Wednesday, May 5, 2010

Panacea - 12 Step Program: Review

Released: May 4th Independently.

Purchase: Online

So the new Panacea album is here. The fifth in the series, up until now they've had a near perfect discography, can they do it again? Producer K-Murdock sent me the advance last week so I took my time over this one. I decided to break the review down into two parts, themes and sounds. So here it is:


This album is a celebration of life. An exploration into the soul of mankind. Each track represents a step, a new adventure with a lesson to be learnt. In many ways, the songs on show represent the values of the emcee Raw Poetic who expresses himself through philosophical poetry over beats.

To really get a sense of Panacea (meaning the cure for everything), you must pay attention to the lyrics of each track. In my interview with K-Murdock last month he told us that Panacea always try to create stories through songs. To let these tracks sail over your head lyrically would be to miss out on the stories.

Everybody will take what they want from the records. My own feeling is that the LP teaches us that life is short and finding your true identity by letting go of worldly influences is key to achieving your hopes and dreams. It might sound a bit pretentious, but if you approach it with an open mind you will hear the purity in the music.


4. Sync-in City - A song with a double meaning. It questions the reliance some people have on their towns, proclaiming identity should be found outside of maps. It's also a humorous reference to the fact Washington was built on a swamp and every year it sinks just a little.

5. Blue Oceanwave - The theme of this song is removing your soul of all harmful influences. We go on an adventure to the ocean were our character baths away all of his demons after owning up to his faults and failings.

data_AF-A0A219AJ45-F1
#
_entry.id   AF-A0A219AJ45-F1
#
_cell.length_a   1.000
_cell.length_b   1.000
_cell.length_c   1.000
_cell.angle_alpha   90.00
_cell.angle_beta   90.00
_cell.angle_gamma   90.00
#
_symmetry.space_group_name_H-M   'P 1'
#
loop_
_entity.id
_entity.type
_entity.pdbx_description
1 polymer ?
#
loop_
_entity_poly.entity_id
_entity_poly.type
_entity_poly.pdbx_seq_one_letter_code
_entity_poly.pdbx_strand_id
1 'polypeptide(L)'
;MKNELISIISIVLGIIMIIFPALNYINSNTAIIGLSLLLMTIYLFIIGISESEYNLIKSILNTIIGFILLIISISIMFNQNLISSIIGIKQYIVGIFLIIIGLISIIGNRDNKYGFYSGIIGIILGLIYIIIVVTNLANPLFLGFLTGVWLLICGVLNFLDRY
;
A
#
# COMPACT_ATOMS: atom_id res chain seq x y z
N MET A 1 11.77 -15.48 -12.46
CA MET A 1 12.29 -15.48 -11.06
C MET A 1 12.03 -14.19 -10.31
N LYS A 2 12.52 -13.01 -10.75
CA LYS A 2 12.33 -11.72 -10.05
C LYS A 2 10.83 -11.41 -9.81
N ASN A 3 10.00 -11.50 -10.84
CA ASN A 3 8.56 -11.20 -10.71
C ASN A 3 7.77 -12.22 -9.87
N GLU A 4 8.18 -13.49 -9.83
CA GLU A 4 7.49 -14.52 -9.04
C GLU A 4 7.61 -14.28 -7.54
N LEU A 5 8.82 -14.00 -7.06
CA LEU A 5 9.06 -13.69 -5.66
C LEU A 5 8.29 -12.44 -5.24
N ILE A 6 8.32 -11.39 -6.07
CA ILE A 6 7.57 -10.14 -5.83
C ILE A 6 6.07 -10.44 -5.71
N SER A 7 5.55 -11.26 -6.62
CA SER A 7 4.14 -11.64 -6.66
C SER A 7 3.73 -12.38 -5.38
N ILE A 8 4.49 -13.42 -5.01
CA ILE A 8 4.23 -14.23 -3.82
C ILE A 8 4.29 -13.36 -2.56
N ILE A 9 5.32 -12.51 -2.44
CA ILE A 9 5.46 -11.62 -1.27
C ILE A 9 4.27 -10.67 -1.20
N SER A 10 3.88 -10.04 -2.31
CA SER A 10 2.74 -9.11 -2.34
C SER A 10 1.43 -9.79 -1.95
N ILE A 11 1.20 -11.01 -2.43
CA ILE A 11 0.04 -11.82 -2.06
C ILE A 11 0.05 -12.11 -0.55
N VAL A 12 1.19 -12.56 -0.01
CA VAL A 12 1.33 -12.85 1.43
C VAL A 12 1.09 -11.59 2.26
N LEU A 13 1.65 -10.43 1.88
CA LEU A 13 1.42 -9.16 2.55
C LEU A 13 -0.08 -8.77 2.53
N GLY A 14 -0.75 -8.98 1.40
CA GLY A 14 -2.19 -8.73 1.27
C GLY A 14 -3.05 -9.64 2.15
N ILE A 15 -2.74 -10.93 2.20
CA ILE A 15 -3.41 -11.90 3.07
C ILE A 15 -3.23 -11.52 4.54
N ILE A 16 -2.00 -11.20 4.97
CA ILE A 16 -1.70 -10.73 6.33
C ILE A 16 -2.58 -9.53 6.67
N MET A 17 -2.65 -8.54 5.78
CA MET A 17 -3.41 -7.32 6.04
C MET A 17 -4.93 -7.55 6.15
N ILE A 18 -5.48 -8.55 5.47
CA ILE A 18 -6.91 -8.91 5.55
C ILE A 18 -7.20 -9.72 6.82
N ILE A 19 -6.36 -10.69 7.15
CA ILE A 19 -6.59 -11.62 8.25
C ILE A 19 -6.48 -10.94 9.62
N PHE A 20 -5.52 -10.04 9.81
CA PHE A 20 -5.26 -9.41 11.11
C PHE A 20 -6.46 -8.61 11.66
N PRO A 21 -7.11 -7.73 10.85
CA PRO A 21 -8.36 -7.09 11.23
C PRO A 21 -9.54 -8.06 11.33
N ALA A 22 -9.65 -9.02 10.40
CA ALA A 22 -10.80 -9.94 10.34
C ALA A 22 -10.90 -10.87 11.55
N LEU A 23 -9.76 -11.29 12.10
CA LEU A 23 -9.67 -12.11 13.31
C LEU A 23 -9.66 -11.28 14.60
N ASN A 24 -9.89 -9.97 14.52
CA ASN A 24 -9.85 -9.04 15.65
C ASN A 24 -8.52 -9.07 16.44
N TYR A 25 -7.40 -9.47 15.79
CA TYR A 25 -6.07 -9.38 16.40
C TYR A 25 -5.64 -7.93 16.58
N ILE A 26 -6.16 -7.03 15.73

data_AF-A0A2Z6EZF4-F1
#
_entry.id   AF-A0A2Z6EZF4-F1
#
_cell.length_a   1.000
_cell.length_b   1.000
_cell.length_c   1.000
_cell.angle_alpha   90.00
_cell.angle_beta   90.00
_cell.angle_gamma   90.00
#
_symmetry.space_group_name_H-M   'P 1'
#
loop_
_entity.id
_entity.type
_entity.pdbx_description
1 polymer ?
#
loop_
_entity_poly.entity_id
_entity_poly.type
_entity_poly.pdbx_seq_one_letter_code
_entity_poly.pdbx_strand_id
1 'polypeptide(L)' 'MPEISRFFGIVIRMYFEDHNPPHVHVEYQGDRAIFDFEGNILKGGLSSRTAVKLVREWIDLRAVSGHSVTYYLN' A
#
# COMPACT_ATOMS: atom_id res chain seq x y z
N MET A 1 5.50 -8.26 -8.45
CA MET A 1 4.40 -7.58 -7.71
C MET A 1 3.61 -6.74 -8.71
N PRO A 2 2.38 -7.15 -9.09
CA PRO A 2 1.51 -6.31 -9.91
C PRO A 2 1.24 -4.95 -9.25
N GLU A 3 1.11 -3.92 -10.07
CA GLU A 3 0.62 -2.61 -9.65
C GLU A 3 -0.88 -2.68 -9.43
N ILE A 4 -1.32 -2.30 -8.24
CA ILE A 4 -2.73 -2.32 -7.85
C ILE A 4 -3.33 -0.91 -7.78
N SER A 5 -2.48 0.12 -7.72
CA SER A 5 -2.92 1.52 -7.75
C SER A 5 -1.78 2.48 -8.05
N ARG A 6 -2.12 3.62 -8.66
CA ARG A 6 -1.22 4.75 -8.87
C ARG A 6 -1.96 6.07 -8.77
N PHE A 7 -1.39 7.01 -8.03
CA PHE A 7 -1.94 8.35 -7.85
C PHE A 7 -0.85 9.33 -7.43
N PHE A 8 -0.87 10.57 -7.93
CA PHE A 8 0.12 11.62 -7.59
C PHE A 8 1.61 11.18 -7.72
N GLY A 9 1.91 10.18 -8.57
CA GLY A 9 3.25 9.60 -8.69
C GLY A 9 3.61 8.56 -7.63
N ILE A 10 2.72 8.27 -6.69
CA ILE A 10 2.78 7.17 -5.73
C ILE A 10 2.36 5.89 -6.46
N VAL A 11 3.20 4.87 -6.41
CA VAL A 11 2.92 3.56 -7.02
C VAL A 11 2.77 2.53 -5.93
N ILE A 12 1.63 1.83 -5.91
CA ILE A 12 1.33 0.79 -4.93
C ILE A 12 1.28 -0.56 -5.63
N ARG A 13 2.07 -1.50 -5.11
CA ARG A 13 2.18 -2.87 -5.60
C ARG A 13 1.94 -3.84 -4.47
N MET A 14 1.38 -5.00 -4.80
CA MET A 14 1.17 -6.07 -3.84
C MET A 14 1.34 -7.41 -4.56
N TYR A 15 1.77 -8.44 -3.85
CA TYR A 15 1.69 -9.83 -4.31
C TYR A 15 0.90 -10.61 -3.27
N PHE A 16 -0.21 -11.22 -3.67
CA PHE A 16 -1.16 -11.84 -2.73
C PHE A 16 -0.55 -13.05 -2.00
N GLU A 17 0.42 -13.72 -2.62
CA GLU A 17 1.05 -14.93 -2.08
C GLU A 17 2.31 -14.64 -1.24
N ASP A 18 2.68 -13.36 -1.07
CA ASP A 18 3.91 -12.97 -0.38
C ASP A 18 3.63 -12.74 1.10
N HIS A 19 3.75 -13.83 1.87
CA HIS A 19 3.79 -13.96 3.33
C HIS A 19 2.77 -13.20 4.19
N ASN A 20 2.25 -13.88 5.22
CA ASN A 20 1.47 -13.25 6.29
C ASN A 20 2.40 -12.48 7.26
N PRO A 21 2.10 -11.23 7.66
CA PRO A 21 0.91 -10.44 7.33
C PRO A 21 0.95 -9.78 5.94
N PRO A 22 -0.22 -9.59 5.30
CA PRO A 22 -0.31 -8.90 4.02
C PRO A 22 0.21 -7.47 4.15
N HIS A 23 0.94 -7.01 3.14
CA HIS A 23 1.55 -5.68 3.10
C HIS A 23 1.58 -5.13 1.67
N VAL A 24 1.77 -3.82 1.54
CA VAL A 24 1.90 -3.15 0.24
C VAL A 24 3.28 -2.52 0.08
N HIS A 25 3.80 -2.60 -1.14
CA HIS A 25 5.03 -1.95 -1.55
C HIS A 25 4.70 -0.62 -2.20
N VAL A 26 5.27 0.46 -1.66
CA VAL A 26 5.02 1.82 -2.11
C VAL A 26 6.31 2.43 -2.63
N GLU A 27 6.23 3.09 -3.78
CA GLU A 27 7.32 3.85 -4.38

11. Immortal - It seems to be the mind set which our character recovering from past troubles eventually reaches. It's a state of being which allows the soul to live on through eternal influence and memories.

I find it amusing that Raw P says he has no time for religion, when he may have just created one :)


Sonically, K-Murdock is way ahead of the game here. There is a tremendous cohesion to each track which makes the album fantastically replayable. In an age of short attention spans and mixtapes this LP demands you play it all the way through.

"The Long Pull" is the curtain raiser for what your about to hear. Murdock combines soft snare drums with relaxing chords of the piano. The raw hip hop element comes back in with a sample of Rakim's "Been A Long Time". Whilst track two is the head nodding "Collard-Fried Grey Sky", this song has a party element to it and is a candidate for hip hop song of the year.

Murdock makes full use of the equipment available to him in "Stumble Home". He employs a range of obscure electronic noises to make the song work. Each contrasting sound achieves an awesome balance, which is testament to Murdock's skills as a producer.

"Sync-in City" is another classic, the ambient intro sets the tone for the laid back feel of the music. Whilst track five "Blue Oceanwave" is full of waves crashing and crazy sound effects alongside a funky bass line. Murdock admits to using more synth's on this album than any other which is evident on the tracks that follow.

The album climaxes with real celebratory tones on "Revolution World Crazy" which some people have compared to G-Funk. But it's track eleven "Immortal" that steals the show, the first time I heard this I taught of it as a possible lead single, apart from it being insanely catchy it manages to encompass all of that unique Panacea sound.

No wonder this album was released on Raw P's birthday, the whole thing feels like a celebration of triumphant hip hop music. If you close your eyes you can almost hear the fireworks. The last song is "Incubator Purgatory", a mellowed out conclusion to a bombardment of colour.

HH4TP Official Rating:

* * * * *

I have to give this five stars, a lot of us bloggers find it hard not turning our posts into Panacea tribute pages. Along with Blu & Exile, Panacea can do no wrong right now and it'll take a great effort to beat this for album of the year. Nas & Damien, it's over to you.....

1 comment:

  1. I will definitely have to pick this up. Been looking into them since you interviewed K-Murdock. Must say, I like what I've heard.